- Protecting your dog’s feet with a product such as Pad Guard or Tuf-foot beforehand may be beneficial. Boots can also be utilized if the terrain is abrading your dog’s footpads.
- A harness in case of injury and the animal needing to be carried. Most dog backpacks can serve as a harness.
*Remember to check with your veterinarian on drug dosages before medicating.
Aside from my dogs’ packs and first aid kit, other gear that I find useful is:
- A dog bed – There are packable dog beds, but I have also seen hikers cut a foam sleeping pad in half for their dog.
- A collapsible dog bowl
- A pack towel specifically for your dog (wet, dirty dog and dry, clean tent don’t mix well!)
Tough Spots on the Long Trail
There are a couple of areas on the Long Trail that can be difficult even for the well-conditioned canines. The first is dubbed on the map as “Ladder Ravine”. Located just north of the summit of Burnt Rock Mountain, there is one metal rung ladder. Most dogs cannot climb it and must be carried up or down.
Another area with multiple ladders is the forehead of Mount Mansfield. Luckily, there is a Bad Weather Bypass Trail that can be taken to avoid that section. There are a few other ladders and re-bar scattered throughout the trail, but they can be maneuvered by most dogs.
Transportation and lodging in town can also be difficult with a dog. Not all volunteers or businesses may allow dogs in their cars or buildings. Some inns only have a limited amount of rooms that allow dogs, so you may need to plan ahead more than someone hiking without a dog. I was lucky enough to have a lot of family and friends in the area to help with shuttles.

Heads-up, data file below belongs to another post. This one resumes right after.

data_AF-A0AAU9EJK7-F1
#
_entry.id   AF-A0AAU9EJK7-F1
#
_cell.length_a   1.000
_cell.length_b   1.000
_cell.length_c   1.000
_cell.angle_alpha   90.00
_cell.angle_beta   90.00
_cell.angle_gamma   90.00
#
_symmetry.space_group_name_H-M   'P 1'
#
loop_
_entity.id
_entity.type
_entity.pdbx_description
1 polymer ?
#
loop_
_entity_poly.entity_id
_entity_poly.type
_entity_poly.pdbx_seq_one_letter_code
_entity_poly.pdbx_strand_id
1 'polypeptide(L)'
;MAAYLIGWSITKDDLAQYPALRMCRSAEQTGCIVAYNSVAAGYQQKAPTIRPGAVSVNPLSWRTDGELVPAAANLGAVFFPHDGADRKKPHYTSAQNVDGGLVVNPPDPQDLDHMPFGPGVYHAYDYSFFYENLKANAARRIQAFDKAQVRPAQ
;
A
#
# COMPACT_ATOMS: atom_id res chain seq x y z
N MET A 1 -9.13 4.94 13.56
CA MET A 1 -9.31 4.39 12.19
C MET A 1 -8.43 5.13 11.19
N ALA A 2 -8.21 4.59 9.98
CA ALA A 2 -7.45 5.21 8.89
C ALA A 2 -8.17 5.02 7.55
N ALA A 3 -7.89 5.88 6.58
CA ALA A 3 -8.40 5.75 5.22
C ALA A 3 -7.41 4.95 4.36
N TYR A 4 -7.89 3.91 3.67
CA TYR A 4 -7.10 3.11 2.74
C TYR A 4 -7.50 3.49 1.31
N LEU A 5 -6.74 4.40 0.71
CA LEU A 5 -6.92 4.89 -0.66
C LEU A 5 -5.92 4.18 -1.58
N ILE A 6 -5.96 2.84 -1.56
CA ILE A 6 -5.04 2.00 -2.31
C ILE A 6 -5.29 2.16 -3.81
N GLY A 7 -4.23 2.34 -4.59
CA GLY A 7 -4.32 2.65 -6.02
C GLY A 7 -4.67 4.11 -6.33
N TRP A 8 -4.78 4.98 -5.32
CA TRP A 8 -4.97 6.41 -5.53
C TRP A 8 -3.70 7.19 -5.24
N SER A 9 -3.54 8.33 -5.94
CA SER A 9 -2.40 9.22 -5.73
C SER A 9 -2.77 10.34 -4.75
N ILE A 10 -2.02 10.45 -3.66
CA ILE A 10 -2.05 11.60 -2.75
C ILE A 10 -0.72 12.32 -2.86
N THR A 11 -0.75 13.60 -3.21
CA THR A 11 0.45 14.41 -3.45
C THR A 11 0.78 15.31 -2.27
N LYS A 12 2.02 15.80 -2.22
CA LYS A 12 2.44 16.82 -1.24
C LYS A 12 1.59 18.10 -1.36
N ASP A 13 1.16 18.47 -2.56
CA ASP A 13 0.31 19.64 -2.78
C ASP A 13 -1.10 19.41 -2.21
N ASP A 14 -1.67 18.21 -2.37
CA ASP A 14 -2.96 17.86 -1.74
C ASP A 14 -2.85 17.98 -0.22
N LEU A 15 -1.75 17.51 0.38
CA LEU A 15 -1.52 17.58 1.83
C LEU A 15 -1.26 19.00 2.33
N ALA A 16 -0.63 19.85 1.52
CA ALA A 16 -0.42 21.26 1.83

Rules & Etiquette
It is also important to become familiar with the guidelines that the Green Mountain Club and our public land managers recommend following while enjoying the trail with your dogs. Dogs are allowed throughout the trail, including at the overnight sites. They are allowed in the shelters as long as no other hikers object. They should be under control at all times whether that is under voice control or by leash. Dogs should always be leashed while hiking in alpine zones, which includes the summits of Mount Mansfield, Camel’s Hump, and Mount Abraham. Other places leashes are required are near roads, overnight sites, water sources, and at other hikers’ requests. These guidelines are important when trying to adhere to Leave No Trace principles.
Even More Tips
Watch our four-part “Hiking with Dogs” video series for even more tips for hiking with your canine companions, including training, health, and long-distance hikes:
A Final Thought
The most critical thing to remember is to not “hike your own hike,” but to hike your dog’s hike. You know your dog better than anyone, so rest when they want to rest, hike mileage that is appropriate for them, and be prepared to get off trail if they aren’t thriving. It is important that both dog and human enjoy the experience. When this happens, thru-hiking with your dog will be a memorable and rewarding adventure.